Calories in Bon Appetit Bear claw

How many calories should you eat?

Nutrition Facts Bon Appetit Bear claw

Amount Per 0.5 pastry, 71 g
Calories 240 Kcal (1005 kJ)
Calories from fat 117 Kcal
% Daily Value*
Total Fat 13g 20%
Saturated Fat 6g 30%
Cholesterol 15mg 5%
Sodium 125mg 5%
Total Carbs 27g 9%
Sugars 11g 44%
Protein 4g 8%
Vitamin C 1.5mg 3%
Iron 0.9mg 5%
Calcium 20mg 2%

* Percent Daily Values are based on a 2000 calorie diet. Your daily values may be higher or lower depending on your calorie needs.
Find out how many calories should you eat.

Ingredients And Nutrition Overview

  • WeightWatchers Points: 5.9, PointsPlus: 7, SmartPoints: 10
    WeightWatchers Points are estimated by carbohydrates, fats, protein and fiber in product. They are not an affirmation of better quality or nutritional value of the product or its manufacturer. Only way to count for dieters. Less points are better.
    Read more at Weight watchers diet review
  • Over 30% of daily saturated fat!
    Bad! More 30% of daily saturated fat!

    For years Saturated fat was claimed to raise cholesterol levels and give us heart attacks. Today different studies refute this claim. They say, that replacing saturated fat with carbohydrates or refined starch or sugar is not changing the heart disease risk. Not processed carbs nor saturated fats are good for you. Only if you replace it with polyunsaturated fat, you'll get a reduction in heart disease risk. So try to have a balanced diet.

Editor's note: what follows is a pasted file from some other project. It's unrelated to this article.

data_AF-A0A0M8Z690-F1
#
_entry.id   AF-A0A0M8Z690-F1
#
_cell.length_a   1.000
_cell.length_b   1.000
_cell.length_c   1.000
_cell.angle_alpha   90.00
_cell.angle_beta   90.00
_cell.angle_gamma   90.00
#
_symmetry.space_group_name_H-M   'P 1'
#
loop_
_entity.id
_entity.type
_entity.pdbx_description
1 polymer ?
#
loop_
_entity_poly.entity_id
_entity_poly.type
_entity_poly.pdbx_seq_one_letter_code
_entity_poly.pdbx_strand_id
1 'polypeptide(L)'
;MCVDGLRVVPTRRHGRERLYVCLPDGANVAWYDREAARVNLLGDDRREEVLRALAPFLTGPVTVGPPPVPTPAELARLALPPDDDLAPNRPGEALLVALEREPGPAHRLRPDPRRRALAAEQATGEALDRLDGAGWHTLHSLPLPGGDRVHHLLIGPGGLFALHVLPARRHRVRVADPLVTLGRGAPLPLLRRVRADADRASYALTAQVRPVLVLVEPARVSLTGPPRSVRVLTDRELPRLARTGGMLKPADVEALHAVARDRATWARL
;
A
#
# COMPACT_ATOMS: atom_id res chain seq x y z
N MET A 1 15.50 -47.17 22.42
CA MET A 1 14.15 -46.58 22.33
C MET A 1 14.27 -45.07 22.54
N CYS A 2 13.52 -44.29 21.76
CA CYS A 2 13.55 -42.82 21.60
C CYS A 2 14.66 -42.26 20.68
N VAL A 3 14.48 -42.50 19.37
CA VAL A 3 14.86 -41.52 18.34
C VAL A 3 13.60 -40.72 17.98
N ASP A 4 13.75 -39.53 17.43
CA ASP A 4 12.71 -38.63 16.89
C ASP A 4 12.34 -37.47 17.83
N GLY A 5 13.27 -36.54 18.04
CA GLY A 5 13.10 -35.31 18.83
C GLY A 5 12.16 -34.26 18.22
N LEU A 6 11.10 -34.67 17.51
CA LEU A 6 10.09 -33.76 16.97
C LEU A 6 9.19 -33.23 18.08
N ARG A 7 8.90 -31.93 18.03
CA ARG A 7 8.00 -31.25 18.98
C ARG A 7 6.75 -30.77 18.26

• Convert Salt tsps to Sodium mg easily
    Salt (NaCl) is not excactly sodium (Na).
    It is not right to use these terms as synonyms.
    The FDA recommended limit of sodium is 2,300 mg per day (or even less - about 1500 mg while one is on low sodium diets).
    This is much less than the weight of salt.
    (5,750 mg per day or 3,750 mg for low sodium diet) and not so convenient to calculate.
    Know how much sodium is in your salt - without a calculator: